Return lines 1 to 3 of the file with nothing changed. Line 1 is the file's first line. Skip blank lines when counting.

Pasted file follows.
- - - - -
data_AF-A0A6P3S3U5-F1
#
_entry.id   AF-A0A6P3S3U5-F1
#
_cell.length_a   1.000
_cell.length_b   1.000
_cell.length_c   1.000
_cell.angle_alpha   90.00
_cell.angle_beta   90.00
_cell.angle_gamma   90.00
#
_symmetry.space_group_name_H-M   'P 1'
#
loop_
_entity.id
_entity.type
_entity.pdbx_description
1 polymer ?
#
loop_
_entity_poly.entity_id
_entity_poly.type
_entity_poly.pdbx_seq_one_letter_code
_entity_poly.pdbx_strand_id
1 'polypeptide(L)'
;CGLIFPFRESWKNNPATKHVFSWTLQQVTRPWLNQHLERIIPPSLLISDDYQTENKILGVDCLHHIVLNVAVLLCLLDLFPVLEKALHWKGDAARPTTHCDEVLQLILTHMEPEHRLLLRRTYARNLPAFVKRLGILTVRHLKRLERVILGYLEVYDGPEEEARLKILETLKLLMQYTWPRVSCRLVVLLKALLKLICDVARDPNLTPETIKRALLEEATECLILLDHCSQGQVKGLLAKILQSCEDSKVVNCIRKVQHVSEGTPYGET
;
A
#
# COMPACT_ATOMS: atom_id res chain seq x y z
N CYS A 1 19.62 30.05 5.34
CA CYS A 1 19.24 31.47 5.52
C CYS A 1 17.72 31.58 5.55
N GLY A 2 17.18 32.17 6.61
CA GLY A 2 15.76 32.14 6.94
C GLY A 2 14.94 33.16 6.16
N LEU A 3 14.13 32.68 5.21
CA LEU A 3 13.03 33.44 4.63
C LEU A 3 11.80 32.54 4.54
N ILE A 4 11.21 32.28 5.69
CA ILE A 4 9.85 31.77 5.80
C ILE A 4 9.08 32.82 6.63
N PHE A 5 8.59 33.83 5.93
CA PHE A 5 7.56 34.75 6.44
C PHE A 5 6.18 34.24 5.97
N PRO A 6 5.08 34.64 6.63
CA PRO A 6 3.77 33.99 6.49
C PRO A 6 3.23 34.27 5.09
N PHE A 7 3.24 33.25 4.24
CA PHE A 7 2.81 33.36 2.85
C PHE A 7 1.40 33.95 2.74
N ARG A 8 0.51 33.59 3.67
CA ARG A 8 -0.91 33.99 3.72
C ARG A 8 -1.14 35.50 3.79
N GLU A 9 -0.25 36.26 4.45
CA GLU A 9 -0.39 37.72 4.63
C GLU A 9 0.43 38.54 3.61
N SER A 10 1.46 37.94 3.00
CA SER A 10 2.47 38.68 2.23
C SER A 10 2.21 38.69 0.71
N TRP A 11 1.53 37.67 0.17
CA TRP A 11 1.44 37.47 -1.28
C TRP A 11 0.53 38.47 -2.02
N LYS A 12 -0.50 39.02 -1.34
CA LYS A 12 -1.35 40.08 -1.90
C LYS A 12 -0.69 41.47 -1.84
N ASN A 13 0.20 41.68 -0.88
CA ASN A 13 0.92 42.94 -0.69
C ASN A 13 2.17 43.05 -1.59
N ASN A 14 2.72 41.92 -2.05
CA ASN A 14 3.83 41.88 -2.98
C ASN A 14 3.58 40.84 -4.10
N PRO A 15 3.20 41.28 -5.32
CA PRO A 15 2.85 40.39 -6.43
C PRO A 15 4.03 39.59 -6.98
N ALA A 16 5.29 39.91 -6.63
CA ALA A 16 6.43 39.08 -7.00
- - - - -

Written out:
data_AF-A0A6P3S3U5-F1
#
_entry.id   AF-A0A6P3S3U5-F1